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inequality that already exists and is such a problem here? >> but the reality is that each one of these people that have moved under law 20 and 22 have created three, four jobs, are using our engineers, are using our architects, are using our publicity companies, are buying the properties, are going to our restaurants, are using helicopter services. the pilots are very happy. are using catering for the jets, are creating economic activity that are giving jobs to people, are giving work, and it's something that you had zero. and you have nothing to lose. they are adding up. the fact that some people want to criticize is because they are born that way. they are born losers. they have never been able to succeed. >> maybe a millionaire will move
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to puerto rico, maybe he will employ 10-15 people to tend to his very big mansion, maybe he will spend some money in restaurants, generate a few jobs that way, but that is not going to bring the puerto rican economy out of its crisis. >> welcome to al jazeera america. more reporters, more stories, more perspective. >> from our award-winning news teams across america and beyond. >> we've got global news covered.
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>> last year's crisis at the >> last year's crisis at the
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>> puerto rico's diaspora in the us is 5 million strong and growing every day. but those who've left are well placed to have an impact on the island's future. >> these puerto rican activists have arrived on the doorstep of a manhattan-based hedge fund, blue mountain capital. hedge funds often invest in debt-ridden economies, buying up bonds at low prices, and looking to flip them for quick profits. and puerto rico is their latest target. the strategy has earned them a reputation among critics as so-called "vulture funds."
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>> a group of hedge funds that own puerto rican debt hired claudio loser to find ways for puerto rico to solve its debt crisis. among the former imf economist's recommendations - even more cuts to education.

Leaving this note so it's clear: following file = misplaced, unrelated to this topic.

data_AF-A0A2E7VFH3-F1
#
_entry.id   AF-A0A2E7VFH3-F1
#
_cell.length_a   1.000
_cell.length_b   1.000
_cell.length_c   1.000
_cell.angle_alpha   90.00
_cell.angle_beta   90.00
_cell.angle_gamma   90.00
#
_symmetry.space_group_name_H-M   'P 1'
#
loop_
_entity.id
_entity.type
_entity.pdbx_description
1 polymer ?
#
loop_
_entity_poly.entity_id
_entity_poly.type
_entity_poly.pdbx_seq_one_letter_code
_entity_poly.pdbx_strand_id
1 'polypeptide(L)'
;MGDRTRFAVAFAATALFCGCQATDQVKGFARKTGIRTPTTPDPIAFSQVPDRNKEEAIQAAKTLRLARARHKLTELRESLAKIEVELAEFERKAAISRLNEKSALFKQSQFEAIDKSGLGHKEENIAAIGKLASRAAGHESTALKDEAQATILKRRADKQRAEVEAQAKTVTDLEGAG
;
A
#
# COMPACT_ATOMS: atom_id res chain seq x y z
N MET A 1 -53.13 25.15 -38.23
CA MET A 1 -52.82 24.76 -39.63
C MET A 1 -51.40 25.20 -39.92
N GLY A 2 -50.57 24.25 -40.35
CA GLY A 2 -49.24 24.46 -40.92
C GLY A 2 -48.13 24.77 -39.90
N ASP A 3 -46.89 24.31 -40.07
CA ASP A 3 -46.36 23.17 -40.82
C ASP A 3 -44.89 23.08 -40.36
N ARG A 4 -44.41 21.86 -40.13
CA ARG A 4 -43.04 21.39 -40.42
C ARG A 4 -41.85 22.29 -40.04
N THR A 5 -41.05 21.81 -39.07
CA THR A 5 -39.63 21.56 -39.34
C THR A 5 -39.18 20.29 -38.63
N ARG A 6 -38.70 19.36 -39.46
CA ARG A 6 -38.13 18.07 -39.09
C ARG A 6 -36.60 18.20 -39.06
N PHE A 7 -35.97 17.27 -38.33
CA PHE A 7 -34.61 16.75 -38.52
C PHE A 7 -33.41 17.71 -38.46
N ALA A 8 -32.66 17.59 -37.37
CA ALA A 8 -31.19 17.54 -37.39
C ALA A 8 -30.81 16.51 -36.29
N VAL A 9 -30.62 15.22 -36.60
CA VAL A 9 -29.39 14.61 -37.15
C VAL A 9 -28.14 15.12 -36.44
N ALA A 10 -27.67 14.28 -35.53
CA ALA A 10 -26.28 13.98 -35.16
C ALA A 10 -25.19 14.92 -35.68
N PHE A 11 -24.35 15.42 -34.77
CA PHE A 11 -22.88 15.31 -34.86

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>> but it shows the expenditure and school enrollment, how it has declined, school enrollment and how education expenditure has increased enormously. we have been very careful to say that we believe that this is a decision that has to be taken by the authorities of the island. education is too important to be played with and be cut in a irrational or discretional fashion. >> but your co-author briefed reporters that puerto rico is massively overspending on education. >> i mean, that was the message, that came out from the report. >> this is true. people-- i mean, this is for the government to decide. >> that they're massively overspending? >> if you look at the expenditure in education, it is high. >> and do you also need to close schools? i mean, the government has closed around a hundred
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already this year so far. is that something that you think is helpful? >> i don't want to get too much into this. i'm not an expert on education. what is essential is that they were living beyond their means. i mean, this is something that happens to us. of course it's difficult for anybody to cut. it's difficult to live within one's means. >> the report argues that with these cuts, puerto rico should be able to repay its wall street creditors. >> i mean, they have profit motives like most of us do in this society. >> well, they're hedge funds. >> they're hedge funds-- well, they-- you-- you want to-- >> i mean, do they have any other motivations, other than profit? >> i answer culturally with a question. should they have another motivation as a business proposition?
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>> what do you think? >> i don't think so. >> the puerto rican governor's office criticized the hedge fund report as "an extreme form of austerity." but a similar government plan for public education is already in motion. it's a plan that's left tanisha, and her mother jackie camped out in front of their school. >> i used to have this art teacher, it was very special, because i drawed, and he showed me how to draw, and that's when i started, and very important for me. >> that started at the school? >> yeah, that started there that's when i realized it, i can draw and maybe i can do better things and do better stuff. >> can you understand why they would need to take these kinds of measures?
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>> our school represents that mistake for the whole country, and the people who see it and realize that it wasn't a good decision. >> do you ever get congressmen or politicians coming here and seeing the situation? >> government officials have refused to visit the encampment. >> we are making a change, trying to make a change, and we were there, and everyone united, it was very good. maybe we didn't make it but we tried, and that's what counts, and we tried a lot, and did a lot of stuff to open it,
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but they didn't came. >> still, after 130 days, the families remained outside their school, calling for it to be reopened. >> these people have decided that today they will be arrested. >> i know that i'm being surveilled. >> people are not getting the care that they need. >> this is a crime against humanity. >> hands up... >> don't shoot. >> hands up... >> don't shoot. >> what do we want? >> justice. >> when do we want it? >> now. >> explosions going on... we're not quite sure - >> is that an i.e.d.? >> "faultlines". al jazeera america's award-winning investigative series. monday, 10:00 eastern. on al jazeera america.
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canada's liberal party led by justin truu sweeps to victory ending nine years of conservative rule. hello from doha, i'm kamal santa maria. , thousands leave their homes, and separatefor decades, together only a few hours. south koreans are all